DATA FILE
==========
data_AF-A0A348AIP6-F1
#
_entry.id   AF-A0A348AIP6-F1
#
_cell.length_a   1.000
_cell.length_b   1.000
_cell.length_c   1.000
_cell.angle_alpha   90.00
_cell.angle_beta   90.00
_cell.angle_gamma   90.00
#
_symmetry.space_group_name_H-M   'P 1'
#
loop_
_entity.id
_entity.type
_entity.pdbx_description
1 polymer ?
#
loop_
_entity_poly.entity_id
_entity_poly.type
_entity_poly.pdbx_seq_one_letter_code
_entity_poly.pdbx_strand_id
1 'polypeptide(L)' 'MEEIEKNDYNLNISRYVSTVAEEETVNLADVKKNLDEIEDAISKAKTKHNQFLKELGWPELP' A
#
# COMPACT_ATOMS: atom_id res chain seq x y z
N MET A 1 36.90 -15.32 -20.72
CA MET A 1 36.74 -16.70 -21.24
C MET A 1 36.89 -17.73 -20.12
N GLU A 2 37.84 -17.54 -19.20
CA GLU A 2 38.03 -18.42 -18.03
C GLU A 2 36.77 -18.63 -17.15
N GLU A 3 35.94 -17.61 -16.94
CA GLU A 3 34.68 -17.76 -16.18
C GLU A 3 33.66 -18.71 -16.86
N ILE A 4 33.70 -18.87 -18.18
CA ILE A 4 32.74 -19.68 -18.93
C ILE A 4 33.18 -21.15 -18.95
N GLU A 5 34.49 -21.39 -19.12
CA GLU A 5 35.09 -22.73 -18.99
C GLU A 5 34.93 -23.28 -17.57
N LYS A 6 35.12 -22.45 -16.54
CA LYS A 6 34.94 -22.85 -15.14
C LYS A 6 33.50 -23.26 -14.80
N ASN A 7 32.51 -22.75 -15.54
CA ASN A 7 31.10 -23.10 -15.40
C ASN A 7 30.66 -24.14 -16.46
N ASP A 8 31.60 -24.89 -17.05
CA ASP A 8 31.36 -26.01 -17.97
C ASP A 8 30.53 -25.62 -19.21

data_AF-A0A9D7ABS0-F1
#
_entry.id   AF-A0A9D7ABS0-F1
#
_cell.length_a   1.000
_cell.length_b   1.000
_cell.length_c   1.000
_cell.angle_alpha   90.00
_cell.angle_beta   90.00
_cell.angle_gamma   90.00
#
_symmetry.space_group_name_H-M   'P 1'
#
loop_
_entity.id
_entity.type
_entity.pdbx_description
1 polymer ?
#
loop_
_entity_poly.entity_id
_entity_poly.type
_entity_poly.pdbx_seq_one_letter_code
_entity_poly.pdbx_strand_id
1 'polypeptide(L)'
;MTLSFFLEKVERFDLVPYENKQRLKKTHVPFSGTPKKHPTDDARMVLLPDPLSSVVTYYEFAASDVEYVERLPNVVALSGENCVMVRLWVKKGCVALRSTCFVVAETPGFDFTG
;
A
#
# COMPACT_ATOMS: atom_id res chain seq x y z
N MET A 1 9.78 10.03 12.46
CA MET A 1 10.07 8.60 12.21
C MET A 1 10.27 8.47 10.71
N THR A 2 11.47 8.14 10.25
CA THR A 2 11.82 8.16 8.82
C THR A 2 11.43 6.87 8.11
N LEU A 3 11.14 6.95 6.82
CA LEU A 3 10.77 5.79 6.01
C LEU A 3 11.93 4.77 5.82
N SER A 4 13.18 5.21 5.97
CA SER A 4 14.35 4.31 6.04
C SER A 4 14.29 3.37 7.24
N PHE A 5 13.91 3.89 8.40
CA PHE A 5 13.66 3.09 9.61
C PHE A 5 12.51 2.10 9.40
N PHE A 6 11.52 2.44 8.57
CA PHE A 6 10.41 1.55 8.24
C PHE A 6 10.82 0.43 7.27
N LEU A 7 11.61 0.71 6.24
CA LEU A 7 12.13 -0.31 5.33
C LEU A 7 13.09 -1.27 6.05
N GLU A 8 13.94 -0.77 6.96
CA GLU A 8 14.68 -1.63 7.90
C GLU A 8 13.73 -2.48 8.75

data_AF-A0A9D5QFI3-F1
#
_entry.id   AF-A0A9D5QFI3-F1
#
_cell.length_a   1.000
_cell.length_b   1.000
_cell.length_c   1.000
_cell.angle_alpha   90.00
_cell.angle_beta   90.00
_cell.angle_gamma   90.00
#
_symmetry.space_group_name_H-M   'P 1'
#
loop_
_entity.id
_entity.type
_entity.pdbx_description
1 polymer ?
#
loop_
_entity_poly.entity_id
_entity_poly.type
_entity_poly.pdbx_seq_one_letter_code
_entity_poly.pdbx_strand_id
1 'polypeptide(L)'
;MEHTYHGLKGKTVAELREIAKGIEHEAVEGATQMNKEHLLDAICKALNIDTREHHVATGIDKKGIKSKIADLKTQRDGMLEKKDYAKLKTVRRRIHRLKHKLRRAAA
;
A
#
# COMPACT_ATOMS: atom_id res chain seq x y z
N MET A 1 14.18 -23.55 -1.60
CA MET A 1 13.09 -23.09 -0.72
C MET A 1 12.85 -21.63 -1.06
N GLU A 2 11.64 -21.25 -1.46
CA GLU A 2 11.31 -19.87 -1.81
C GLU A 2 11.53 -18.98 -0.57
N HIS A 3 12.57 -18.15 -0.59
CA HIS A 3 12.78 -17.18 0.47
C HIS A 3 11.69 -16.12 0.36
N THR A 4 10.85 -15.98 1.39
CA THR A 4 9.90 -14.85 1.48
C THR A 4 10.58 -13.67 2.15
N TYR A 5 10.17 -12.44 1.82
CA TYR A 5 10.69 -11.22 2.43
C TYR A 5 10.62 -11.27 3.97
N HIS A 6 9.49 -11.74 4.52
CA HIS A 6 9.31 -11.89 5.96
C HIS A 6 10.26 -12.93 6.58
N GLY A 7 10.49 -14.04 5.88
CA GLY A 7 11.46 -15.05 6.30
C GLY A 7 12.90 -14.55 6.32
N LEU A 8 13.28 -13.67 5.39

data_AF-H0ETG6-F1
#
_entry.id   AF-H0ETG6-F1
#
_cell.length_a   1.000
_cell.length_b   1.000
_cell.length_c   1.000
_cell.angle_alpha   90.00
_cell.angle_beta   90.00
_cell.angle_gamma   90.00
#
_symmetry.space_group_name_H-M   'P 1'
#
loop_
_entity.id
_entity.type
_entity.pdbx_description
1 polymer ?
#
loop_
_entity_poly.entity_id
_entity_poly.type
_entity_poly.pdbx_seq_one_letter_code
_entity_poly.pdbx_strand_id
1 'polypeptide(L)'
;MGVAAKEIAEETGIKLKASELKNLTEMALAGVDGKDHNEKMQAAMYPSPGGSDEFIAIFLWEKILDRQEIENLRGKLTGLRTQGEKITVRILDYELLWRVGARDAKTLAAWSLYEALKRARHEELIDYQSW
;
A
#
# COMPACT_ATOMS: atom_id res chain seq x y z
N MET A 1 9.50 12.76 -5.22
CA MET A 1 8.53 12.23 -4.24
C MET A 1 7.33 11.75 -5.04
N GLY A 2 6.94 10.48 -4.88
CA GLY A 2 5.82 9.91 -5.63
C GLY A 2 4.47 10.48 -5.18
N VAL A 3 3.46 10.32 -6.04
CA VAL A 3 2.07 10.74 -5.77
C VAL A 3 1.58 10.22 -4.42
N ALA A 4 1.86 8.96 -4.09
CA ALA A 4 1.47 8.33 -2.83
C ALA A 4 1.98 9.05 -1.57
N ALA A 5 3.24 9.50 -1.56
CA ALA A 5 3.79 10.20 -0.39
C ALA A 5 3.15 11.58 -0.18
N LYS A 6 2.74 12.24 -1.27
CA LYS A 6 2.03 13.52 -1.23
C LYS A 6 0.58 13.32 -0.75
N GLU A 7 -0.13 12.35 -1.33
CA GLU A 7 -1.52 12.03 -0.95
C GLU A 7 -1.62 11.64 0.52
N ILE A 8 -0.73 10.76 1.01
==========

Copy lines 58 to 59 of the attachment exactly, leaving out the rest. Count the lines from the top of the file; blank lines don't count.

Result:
_cell.length_c   1.000
_cell.angle_alpha   90.00